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    Mifune (L, caked in age make up), cinematographer Asakazu Nakai, and Kurosawa on set for “生きものの記録” (1955), alternately translated as “Record of a Living Being” and “I Live in Fear.” 
The film was the final collaboratin between Kurosawa and composer Fumio Hayasaka, who died of tuburculosis during filming. The two worked together beginning with “Druken Angel” (1948).
Masaru Sato, Hayasaka’s protegee, would finish the score for the film and work with Kurosawa on numerous subsequent projects. Sato’s iconic themes for “Yojimbo” and “Sanjuro” are among the most well known music from Kurosawa’s films. 

    Mifune (L, caked in age make up), cinematographer Asakazu Nakai, and Kurosawa on set for “生きものの記録” (1955), alternately translated as “Record of a Living Being” and “I Live in Fear.” 

    The film was the final collaboratin between Kurosawa and composer Fumio Hayasaka, who died of tuburculosis during filming. The two worked together beginning with “Druken Angel” (1948).

    Masaru Sato, Hayasaka’s protegee, would finish the score for the film and work with Kurosawa on numerous subsequent projects. Sato’s iconic themes for “Yojimbo” and “Sanjuro” are among the most well known music from Kurosawa’s films. 

    — 3 weeks ago with 48 notes
    #Kurosawa  #Akira Kurosawa  #Mifune  #Toshiro Mifune  #cinema  #cinephile  #film  #movies  #Japan  #Japanese cinema  #Japanese film  #film music  #Fumio Hayasaka  #Masaru Sato  #I Live in Fear  #Record of a Living Being  #Drunken Angel  #生きものの記録  #Asakazu Nakai  #cinematography  #behind the scenes 
    Crew and kids on set for “One Wonderful Sunday” (1947). Cinematographer Asakazu Nakai, who worked on the majority of Kurosawa’s classic films, sits behidn the camera. Kurosawa (L) wears a fedora and is flanked by kids. 
A lot of the film was shot on the streets of Tokyo, which was against SCAP regulations at the time, so the crew hid the camera in wooden boxes with holes cut to fit lenses. 

    Crew and kids on set for “One Wonderful Sunday” (1947). Cinematographer Asakazu Nakai, who worked on the majority of Kurosawa’s classic films, sits behidn the camera. Kurosawa (L) wears a fedora and is flanked by kids. 

    A lot of the film was shot on the streets of Tokyo, which was against SCAP regulations at the time, so the crew hid the camera in wooden boxes with holes cut to fit lenses. 

    — 1 month ago with 40 notes
    #Kurosawa  #Akira Kurosawa  #One Wonderful Sunday  #cinema  #film  #cinephile  #Japan  #Japanese movies  #Japanese film  #Japanese cinema 
    Kurosawa (center, white hat, pointing at camera) and crew on set for “Seven Samurai” (1954)

    Kurosawa (center, white hat, pointing at camera) and crew on set for “Seven Samurai” (1954)

    — 1 month ago with 34 notes
    #Kurosawa  #Akira Kurosawa  #Seven Samurai  #film  #cinema  #Japan  #Japanese film  #Japanese cinema  #behind the scenes  #chambara  #samurai  #七人の侍 
    Tatsuya Nakadai (L) with Kurosawa on set for “Kagemusha” (1980). “Kagemusha” began photography with Shintaro Katsu, the original Zatoichi, cast as the protagonist. 
Katsu and Kurosawa couldn’t stand one another, so Katsu left the project with no star and production already underway. Longtime Kurosawa collaborator and friend Tatsuya Nakadai stepped into the roll and saved the picture.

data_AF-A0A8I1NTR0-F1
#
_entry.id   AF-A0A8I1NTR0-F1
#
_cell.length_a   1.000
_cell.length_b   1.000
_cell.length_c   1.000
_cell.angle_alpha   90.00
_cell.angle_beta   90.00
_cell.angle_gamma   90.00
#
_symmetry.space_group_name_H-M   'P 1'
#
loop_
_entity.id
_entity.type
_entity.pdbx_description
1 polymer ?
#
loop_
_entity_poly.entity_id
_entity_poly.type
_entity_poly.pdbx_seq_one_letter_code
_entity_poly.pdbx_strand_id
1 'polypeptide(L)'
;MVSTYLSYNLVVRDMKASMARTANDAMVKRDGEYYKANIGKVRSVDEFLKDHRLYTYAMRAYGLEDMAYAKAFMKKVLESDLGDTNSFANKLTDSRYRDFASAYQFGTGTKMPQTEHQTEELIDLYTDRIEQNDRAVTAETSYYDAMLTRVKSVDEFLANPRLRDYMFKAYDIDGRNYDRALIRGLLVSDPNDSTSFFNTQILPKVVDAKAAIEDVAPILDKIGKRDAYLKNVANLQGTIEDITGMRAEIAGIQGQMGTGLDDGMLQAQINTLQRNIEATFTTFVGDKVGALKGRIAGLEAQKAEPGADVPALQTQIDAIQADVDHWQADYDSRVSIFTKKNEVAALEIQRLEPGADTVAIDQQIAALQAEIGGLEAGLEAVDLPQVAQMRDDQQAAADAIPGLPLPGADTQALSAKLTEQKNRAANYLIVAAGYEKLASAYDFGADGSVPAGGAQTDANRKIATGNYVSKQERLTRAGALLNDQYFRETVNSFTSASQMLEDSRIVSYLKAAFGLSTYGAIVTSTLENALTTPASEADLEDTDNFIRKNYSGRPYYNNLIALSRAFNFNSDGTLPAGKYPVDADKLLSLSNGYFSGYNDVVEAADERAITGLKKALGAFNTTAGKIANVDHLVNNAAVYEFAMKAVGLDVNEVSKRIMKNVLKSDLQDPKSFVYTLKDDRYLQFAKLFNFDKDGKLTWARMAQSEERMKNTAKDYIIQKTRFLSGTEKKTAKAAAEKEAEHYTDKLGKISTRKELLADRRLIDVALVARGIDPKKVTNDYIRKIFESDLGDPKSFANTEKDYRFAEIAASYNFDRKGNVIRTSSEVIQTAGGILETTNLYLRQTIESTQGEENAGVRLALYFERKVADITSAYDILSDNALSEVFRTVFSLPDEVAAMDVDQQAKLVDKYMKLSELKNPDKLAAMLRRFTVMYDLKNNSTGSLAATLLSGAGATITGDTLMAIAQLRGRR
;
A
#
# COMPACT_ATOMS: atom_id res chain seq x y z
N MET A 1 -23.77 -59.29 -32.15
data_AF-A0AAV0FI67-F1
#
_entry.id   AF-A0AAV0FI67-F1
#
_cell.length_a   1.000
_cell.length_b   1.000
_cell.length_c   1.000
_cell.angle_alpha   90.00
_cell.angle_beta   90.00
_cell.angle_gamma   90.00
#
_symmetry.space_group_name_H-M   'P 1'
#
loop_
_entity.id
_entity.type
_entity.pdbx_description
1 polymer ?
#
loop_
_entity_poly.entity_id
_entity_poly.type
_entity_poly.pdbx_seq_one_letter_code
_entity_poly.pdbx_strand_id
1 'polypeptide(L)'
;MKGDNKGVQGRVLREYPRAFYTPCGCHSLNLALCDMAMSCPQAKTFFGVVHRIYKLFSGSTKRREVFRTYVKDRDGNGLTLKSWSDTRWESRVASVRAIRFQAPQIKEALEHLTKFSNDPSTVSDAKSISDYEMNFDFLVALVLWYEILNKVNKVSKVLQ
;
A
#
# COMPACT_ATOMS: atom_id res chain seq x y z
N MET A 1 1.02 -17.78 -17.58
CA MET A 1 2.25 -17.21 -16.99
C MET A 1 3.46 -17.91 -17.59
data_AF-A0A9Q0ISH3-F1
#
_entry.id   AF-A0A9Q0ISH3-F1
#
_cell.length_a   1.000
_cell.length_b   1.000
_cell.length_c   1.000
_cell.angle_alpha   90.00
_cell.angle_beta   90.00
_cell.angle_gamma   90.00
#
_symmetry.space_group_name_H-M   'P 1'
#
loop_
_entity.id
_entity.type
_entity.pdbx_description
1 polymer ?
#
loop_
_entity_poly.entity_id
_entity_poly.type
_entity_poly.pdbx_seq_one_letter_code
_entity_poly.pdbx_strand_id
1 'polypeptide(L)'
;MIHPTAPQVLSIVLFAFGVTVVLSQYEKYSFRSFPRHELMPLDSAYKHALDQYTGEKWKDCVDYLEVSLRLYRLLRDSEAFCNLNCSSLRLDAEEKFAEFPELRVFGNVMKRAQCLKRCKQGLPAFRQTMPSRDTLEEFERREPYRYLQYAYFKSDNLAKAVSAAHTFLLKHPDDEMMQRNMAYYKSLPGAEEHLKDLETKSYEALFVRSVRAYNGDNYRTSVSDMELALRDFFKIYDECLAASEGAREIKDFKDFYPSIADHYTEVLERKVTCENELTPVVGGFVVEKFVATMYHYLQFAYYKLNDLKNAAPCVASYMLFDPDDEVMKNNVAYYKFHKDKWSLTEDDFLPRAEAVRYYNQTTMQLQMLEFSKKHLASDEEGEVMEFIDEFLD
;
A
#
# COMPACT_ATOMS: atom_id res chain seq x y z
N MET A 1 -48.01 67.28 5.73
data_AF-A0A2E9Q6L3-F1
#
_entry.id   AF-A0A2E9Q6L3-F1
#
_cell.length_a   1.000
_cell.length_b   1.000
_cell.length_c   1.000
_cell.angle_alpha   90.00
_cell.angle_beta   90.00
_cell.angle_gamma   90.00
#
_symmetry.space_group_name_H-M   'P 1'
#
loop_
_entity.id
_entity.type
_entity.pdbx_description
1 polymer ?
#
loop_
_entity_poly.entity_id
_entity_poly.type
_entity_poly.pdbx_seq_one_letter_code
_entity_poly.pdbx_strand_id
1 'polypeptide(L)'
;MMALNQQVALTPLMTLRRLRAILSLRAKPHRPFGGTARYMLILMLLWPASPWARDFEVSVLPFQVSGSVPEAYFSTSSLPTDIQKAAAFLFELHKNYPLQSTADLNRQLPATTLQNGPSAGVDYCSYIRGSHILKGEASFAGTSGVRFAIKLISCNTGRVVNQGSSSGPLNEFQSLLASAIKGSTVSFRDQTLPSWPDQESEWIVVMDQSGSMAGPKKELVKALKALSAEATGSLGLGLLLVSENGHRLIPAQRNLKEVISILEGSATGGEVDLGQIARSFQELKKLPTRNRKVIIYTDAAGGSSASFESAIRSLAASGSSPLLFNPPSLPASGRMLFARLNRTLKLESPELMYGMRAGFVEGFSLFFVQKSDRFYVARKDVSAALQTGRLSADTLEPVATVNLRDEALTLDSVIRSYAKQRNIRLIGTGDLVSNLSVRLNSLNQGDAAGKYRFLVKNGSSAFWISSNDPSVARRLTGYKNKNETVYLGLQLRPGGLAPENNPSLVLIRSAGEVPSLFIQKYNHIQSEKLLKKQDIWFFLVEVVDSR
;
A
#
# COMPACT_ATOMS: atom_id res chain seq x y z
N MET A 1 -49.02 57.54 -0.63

Tatsuya Nakadai (L) with Kurosawa on set for “Kagemusha” (1980). “Kagemusha” began photography with Shintaro Katsu, the original Zatoichi, cast as the protagonist. 

    Katsu and Kurosawa couldn’t stand one another, so Katsu left the project with no star and production already underway. Longtime Kurosawa collaborator and friend Tatsuya Nakadai stepped into the roll and saved the picture. 

    — 2 months ago with 39 notes
    #Kurosawa  #Akira Kurosawa  #Kagemusha  #film  #cinema  #cinephile  #Tatsuya Nakadai  #Japan  #Japanese cinema  #Japanese film  #behind the scenes  #black and white  #Shintaro Katsu  #Zatoichi 
    Filming “Sanjuro” (1962). Check out Mifune over on the left, cool as a cucumber while everyone else is blurred by motion. The photo was taken by Rene Burri, famous for, among other things, this iconic shot of Che Guevara. 

    Filming “Sanjuro” (1962). Check out Mifune over on the left, cool as a cucumber while everyone else is blurred by motion. The photo was taken by Rene Burri, famous for, among other things, this iconic shot of Che Guevara. 

    — 2 months ago with 154 notes
    #Kurosawa  #Akira Kurosawa  #Sanjuro  #Mifune  #Toshiro Mifune  #cinema  #film  #cinephile  #cinefile  #Japan  #Japanese movies  #Japanese cinema  #Japanese film  #behind the scenes  #chanbara  #samurai  #Rene Burri  #magnum 
    Heads up New Yorkers: all of Mizoguchi’s surviving films - 50 of them no longer exist - are showing in Queens over the next month. Read more. 

    Heads up New Yorkers: all of Mizoguchi’s surviving films - 50 of them no longer exist - are showing in Queens over the next month. Read more. 

    — 2 months ago with 27 notes
    #Mizoguchi  #Kenji Mizoguchi  #film  #cinema  #cinephile  #cinefile  #Japan  #Japanese cinema 
    "Drunken Angel" was released 66 years ago today. Check out a podcast and essay on the film at our website. 

    "Drunken Angel" was released 66 years ago today. Check out a podcast and essay on the film at our website. 

    — 2 months ago with 44 notes
    #film  #Kurosawa  #Akira Kurosawa  #Drunken Angel  #Japan  #cinema  #cinephile  #Criterion Collection  #Japanese film  #Japanese cinema  #film noir  #Toshiro Mifune  #Takashi Shimura